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Jerry
2011-Mar-22, 03:52 PM
Final results of the EDELWEISS-II WIMP search using a 4-kg array of cryogenic germanium detectors with interleaved electrodes


http://arxiv.org/abs/1103.4070


The EDELWEISS-II collaboration has completed a direct search for WIMP dark matter with an array of ten 400-g cryogenic germanium detectors in operation at the Laboratoire Souterrain de Modane. The combined use of thermal phonon sensors and charge collection electrodes with an interleaved geometry enables the efficient rejection of gamma-induced radioactivity as well as near-surface interactions. A total effective exposure of 384 kg.d has been achieved, mostly coming from fourteen months of continuous operation...

The result is interpreted in terms of limits on the cross-section of spin-independent interactions of WIMPs and nucleons. A cross-section of 4.4x10^-8 pb is excluded at 90%CL for a WIMP mass of 85 GeV. New constraints are also set on models where the WIMP-nucleon scattering is inelastic.

This is the most ambitous whimp search to date; and all but eliminates the Weakly Interactive Particle as a candidate for Dark Matter.

...and the plot thickens...

Nereid
2011-Mar-25, 03:28 AM
Final results of the EDELWEISS-II WIMP search using a 4-kg array of cryogenic germanium detectors with interleaved electrodes


http://arxiv.org/abs/1103.4070



This is the most ambitous whimp search to date; and all but eliminates the Weakly Interactive Particle as a candidate for Dark Matter.

...and the plot thickens...
(bold added)

Of course it doesn't, not by a zillion cubits! :razz:

The parameter space for WIMPs - consistent with observed/inferred CDM - is huge; EDELWEISS-II explored but a tiny, tiny region of this space.

Jerry
2011-Mar-25, 05:22 AM
Five years ago, three months into the calendar year, if you searched astrophysical archives for the word 'gravity',

you would find maybe 5 or 6 papers, mostly dealing with LIGO and similar searches for gravitational waves. The same search over the last three months returns almost forty papers dealing with alternatives:

Analytic solutions in non-linear massive gravity

Analytic solutions in non-linear massive gravity

Masking singularities with $k-$essence fields in an emergent gravity metric

Large-scale Structure in f(T) Gravity

Constraint propagation equations of the 3+1 decomposition of f(R) gravity

Modified Gravity Makes Galaxies Brighter

Spherical Collapse in f(R) Gravity

Multicomponent theory of buoyancy instabilities in magnetized plasmas: The case of magnetic field parallel to gravity

Cosmological Large-scale Structures beyond Linear Theory in Modified Gravity

f(R) Gravity and Maxwell Equations from the Holographic Principle

Dynamics of the Laplace-Runge-Lenz vector in the quantum-corrected Newton gravity

Loop Quantum Gravity and Cosmology: A dynamical introduction

Nonlocal Gravity

Thermodynamics in Modified Gravity Theories

And so on.

Clearly the pendulum has shifted - the null searches for both gravitational waves and dark matter particles are leading to the exploration of many gravitational variants.

My favorite paper, to date, is the is one:

Testing feasibility of scalar-tensor gravity by scale dependent mass and coupling to matter


http://arxiv.org/abs/1103.4366

A lot of options are being explored. Let's hope we do not run into a brick wall like the last decade of gravitational wave searches.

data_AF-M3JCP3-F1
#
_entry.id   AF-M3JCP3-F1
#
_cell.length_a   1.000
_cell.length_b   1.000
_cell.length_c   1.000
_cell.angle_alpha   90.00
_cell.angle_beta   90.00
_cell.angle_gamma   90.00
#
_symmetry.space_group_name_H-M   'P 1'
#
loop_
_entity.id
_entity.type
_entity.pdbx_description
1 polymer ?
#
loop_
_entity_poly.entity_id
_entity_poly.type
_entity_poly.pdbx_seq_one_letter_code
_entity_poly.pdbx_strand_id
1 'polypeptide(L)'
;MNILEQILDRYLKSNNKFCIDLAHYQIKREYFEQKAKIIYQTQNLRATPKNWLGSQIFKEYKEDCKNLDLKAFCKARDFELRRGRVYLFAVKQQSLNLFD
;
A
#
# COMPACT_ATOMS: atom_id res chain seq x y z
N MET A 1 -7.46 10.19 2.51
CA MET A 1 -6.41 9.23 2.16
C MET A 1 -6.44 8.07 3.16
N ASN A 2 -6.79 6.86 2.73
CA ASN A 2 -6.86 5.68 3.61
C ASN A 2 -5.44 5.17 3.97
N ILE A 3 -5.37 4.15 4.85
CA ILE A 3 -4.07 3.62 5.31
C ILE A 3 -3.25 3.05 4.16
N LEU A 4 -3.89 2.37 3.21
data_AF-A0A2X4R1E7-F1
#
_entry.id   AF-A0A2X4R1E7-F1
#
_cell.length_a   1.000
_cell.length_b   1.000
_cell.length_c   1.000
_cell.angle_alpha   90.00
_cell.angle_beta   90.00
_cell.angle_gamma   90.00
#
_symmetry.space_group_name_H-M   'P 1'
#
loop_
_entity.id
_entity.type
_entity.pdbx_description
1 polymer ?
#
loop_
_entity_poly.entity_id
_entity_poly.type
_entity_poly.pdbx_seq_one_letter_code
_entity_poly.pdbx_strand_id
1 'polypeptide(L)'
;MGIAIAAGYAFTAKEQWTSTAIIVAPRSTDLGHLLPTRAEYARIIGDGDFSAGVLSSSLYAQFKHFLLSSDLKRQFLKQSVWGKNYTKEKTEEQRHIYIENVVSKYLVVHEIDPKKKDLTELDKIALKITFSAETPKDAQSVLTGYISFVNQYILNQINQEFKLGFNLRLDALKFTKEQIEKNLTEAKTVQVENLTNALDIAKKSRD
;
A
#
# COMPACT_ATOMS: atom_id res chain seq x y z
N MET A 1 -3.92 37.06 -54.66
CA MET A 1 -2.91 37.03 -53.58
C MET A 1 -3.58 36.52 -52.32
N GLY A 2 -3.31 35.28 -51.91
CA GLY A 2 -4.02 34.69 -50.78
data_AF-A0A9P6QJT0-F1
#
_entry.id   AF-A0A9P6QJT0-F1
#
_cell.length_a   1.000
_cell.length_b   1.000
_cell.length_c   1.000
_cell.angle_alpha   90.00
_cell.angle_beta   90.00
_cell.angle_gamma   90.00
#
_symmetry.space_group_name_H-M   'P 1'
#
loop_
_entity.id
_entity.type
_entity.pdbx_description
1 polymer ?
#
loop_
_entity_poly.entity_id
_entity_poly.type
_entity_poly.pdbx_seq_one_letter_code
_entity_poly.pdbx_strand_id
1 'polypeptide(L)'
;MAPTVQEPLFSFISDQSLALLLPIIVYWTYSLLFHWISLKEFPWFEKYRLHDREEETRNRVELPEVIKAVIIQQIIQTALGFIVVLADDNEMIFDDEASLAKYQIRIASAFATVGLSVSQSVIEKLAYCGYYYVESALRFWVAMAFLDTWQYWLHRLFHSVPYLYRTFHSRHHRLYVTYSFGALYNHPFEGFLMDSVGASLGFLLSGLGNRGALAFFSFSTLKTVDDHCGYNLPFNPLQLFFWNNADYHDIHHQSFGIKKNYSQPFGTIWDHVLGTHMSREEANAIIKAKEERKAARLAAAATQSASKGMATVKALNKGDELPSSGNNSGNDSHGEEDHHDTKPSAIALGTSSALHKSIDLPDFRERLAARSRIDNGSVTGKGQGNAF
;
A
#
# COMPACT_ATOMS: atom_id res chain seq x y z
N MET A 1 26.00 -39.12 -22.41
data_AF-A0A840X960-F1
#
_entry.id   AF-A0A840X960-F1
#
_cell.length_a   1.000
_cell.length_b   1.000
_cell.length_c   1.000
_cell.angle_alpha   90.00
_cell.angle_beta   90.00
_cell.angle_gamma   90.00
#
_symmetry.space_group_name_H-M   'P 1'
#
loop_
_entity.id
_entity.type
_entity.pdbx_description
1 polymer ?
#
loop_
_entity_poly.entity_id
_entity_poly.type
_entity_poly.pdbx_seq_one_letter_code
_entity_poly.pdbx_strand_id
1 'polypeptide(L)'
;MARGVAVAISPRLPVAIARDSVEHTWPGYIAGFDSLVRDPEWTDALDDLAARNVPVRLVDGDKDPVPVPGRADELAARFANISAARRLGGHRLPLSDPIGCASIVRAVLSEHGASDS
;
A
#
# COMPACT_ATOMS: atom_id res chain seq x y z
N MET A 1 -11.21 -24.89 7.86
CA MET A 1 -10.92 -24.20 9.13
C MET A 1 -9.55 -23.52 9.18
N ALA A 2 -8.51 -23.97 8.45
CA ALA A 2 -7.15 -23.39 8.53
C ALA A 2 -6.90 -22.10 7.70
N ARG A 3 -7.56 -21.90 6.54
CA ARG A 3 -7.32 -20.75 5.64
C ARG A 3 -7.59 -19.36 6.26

borman
2011-Mar-26, 08:17 PM
How does one account for the "false" positives at CDMS, DAMA/LIBRA, and the odd seasonal variations noted for some high energy radio-active decay rates?

tmt2018
2011-Mar-28, 06:34 PM
Actually Edelweiss recorded 5 events above 20 keV with an expected background of 3 events. Spokesman Gilles Gerbier said “We cannot say for sure that there is no signal. We are in the uncomfortable situation, same as CDMS. We may have a signal but we cannot make any claim now.” Take a look at the article "Dark matter signal sparks interest, but falls short of discovery" from Nature: http://blogs.nature.com/news/thegreatbeyond/2011/03/dark_matter_signal_sparks_inte.html

Jerry
2011-Apr-15, 03:34 AM
Beating the spin-down limit on gravitational wave emission from the Vela pulsar
arXiv:1104.2712v1

http://arxiv.org/abs/1104.2712





We describe here a search for continuous gravitational radiation from the Vela pulsar
(PSR B0833-45, PSR J0835-4510) in data from the Virgo detector VSR2 run, which began
on 2009 July 7 and ended on 2010 January 8. Continuous gravitational waves (CW) can
be emitted by a rotating neutron star through a variety of possible mechanisms, including
non-axisymmetry of its mass distribution, giving rise to a time-varying quadrupole moment.
Such emission would imply loss of rotational energy and decrease in spin frequency. Hence
a pulsar's observed frequency spin-down can be used to place an indirect upper limit on its
gravitational wave emission, named spin-down limit...

Results from the searches
In the analyses all available science mode data recorded by Virgo were used. No evidence
for a continuous gravitational wave signal was seen using any of the three analysis
methods described in Section 4.

Stay tuned...

Tensor
2011-Apr-15, 03:59 AM
Clearly the pendulum has shifted - the null searches for both gravitational waves and dark matter particles are leading to the exploration of many gravitational variants....
A lot of options are being explored. Let's hope we do not run into a brick wall like the last decade of gravitational wave searches.

Too bad for all your claims that none of options or variants that are being explored have been accepted for use, eh Jerry? I especially like the one from the paper you say is your favorite http://arxiv.org/abs/1103.4366:


...who showed that a scalar field is not stable in the UV when the detailed balance condition is imposed. This is mainly due to two facts: First, we have chosen a different sign in the front of the super-potential of the scalar field [cf. (3.1)]. This helps to improve the UV stability of the scalar field, but usually leads to undesired behavior in the IR [42]. To fix the latter, we allow the detailed balance condition to be softly broken, so that the behavior of the scalar field in the IR is healthy.